Monday, 1 June 2009

Blue Regiment of Foot completed

The 48 men of my Blue Regiment of Foot for Parliament (yes I know all the ensigns should be in the pike block but I think they look better scattered about!)

At last, despite my daughter having been sat at my desk for weeks "revising" (i.e: looking at the Britain's Got Talent website) I have finished the four musketmen that complete my second ECW Foot Regiment. They are a generic Blue Regiment; probably also a London Trained Band. These regiments are from the early war period when tassets were still worn. There are several factors that have made me go for an early look for my armies.

Firstly, the influence of my first wargame book, The Wargame, edited by Peter Young, which had a piece on Edgehill in it, written by Young. As with the whole book there were evocative photographs by Philip O Stearns of Peter Gilder figures and scenery.

One of the excellent pages from The War Game featuring Edgehill

Stearns was also a member of the Sealed Knot as well as being a photograper and Art Director for Penthouse magazine when it started in 1965! He also took this photograph of Amber Dean Smith, Penthouse's first ever Pet of the Year, for Mayfair Magazine in the August 1969 edition. I am sure the 17th Century costume and background was not an accident (not that she kept the costume on very long).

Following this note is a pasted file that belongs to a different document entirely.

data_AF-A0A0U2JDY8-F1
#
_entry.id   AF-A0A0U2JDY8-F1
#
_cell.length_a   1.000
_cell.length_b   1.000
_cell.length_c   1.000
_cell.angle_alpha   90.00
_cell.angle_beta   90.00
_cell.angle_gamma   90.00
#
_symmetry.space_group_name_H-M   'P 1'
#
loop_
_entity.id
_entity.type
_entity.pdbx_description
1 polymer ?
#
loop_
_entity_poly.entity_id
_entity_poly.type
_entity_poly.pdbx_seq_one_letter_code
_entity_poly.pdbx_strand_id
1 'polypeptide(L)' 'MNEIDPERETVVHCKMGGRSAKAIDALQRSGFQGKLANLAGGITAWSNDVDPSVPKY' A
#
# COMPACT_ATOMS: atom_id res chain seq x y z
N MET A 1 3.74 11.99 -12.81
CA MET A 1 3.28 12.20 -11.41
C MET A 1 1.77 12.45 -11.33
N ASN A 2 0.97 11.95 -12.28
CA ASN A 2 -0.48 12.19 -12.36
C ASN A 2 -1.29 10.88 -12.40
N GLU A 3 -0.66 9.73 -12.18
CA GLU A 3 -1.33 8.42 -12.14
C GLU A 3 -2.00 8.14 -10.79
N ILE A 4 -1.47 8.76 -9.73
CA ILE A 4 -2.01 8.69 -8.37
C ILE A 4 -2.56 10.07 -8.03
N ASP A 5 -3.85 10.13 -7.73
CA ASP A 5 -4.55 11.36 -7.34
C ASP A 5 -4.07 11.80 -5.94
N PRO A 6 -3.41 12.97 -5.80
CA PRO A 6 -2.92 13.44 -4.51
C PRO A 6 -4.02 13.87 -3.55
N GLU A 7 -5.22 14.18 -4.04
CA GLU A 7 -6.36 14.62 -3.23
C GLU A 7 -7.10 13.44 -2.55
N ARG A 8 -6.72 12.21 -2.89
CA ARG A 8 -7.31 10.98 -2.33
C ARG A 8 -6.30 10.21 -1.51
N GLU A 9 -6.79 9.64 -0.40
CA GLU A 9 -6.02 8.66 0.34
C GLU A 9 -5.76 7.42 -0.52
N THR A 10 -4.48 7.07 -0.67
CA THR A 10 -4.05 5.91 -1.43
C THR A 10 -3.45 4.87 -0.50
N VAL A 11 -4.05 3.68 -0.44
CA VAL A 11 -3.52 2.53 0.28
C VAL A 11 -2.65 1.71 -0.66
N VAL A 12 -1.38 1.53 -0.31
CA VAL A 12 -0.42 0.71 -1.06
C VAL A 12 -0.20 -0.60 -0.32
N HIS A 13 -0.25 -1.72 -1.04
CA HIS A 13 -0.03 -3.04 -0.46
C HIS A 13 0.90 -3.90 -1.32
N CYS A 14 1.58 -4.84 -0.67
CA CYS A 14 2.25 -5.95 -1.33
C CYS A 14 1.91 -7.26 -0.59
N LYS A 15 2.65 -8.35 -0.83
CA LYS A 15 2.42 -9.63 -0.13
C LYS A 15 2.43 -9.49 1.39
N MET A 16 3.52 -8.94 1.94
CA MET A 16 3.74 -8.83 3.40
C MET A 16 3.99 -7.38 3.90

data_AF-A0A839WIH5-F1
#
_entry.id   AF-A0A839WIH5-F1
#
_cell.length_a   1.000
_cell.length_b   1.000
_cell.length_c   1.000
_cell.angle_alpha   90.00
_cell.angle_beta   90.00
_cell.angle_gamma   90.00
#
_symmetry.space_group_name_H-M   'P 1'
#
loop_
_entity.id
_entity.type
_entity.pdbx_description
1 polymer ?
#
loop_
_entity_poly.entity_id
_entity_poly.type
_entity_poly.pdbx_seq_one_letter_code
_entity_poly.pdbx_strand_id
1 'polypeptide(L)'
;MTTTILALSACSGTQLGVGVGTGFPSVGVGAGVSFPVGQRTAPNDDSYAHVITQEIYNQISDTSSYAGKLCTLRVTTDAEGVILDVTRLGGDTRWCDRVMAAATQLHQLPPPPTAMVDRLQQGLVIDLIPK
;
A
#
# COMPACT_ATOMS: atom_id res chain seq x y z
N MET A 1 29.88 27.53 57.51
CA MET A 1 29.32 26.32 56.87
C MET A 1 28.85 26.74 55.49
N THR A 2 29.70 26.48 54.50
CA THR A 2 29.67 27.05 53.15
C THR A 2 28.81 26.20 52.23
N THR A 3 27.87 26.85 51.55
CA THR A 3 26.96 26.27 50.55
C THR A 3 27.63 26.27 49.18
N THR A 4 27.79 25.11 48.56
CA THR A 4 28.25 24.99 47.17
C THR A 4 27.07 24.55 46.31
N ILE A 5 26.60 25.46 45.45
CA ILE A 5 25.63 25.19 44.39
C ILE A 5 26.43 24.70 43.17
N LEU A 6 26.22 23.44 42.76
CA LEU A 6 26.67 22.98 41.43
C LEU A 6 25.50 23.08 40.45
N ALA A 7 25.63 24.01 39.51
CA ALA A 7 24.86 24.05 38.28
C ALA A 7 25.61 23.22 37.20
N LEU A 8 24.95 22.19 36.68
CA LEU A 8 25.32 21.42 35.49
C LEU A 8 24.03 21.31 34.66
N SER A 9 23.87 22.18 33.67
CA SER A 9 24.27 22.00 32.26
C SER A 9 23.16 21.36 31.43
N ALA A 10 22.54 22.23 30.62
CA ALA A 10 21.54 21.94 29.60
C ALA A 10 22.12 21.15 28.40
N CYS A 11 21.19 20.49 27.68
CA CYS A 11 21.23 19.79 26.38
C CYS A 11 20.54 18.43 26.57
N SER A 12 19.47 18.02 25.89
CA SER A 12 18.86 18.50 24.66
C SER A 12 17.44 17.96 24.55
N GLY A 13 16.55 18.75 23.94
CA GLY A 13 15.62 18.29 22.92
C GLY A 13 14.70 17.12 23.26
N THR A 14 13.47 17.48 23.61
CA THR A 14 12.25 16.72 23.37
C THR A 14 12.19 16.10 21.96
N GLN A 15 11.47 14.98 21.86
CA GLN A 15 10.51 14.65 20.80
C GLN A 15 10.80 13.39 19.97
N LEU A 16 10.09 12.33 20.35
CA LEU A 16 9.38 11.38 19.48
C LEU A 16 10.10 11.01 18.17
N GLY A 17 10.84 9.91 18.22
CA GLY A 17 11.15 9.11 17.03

Amber does 17th Century

My second influence was the Nicholas Carter novels about the ECW from the late nineties. He wrote five and then the series abruptly stopped for some reason. He wrote a couple of novels set at the time of Henry VIII and then disappeared. A shame, as his Shadow in the Crown ECW series was really enjoyable and focussed (at least initially) on the Hopton and Waller clashes in the West featuring battles like Roundway Down and Landsdown. One of my best friends lives in Bath and you have to drive across the Landsdown battlefield to get there. Carter's description of the different groups wandering around in the dark before Landsdown and taking pot shots at the glow from burning matches gives a great feeling of what warfare must have been like at ground level. Like Stearns he was also a member of the Sealed Knot so had some feeling for being involved in a big push of pike.

The flag is by Body's Banners

I have a few figures painted for my next two regiments: the Earl of Essex's and Hampden's Regiment who wore orange and green respectively. I then ought to paint some smaller (than the 48 figures of my first two) units who look a bit tattier. The units at the recent Loseley Park re-enactment were very much on the scruffy side. Coat colours seldom matched and breeches were usually a different colour from jackets. My units by contrast are very smart. This is justifiable as they are early war Parliamentarians and, thus, better equipped. Also I can't help thinking that there are many examples of Colonels buying large amounts of a particular coloured cloth for their men. Surely it is likely that at least in some cases this would have been sourced from the same place and therfore jackets and trousers would have been the same colour and there would have been considerable uniformity. Later in the war you would expect more of a patchwork, perhaps.

In the meantime I have started on my second unit of horse; a straight cavalry unit to join my painted cuirassiers (another early war unit).

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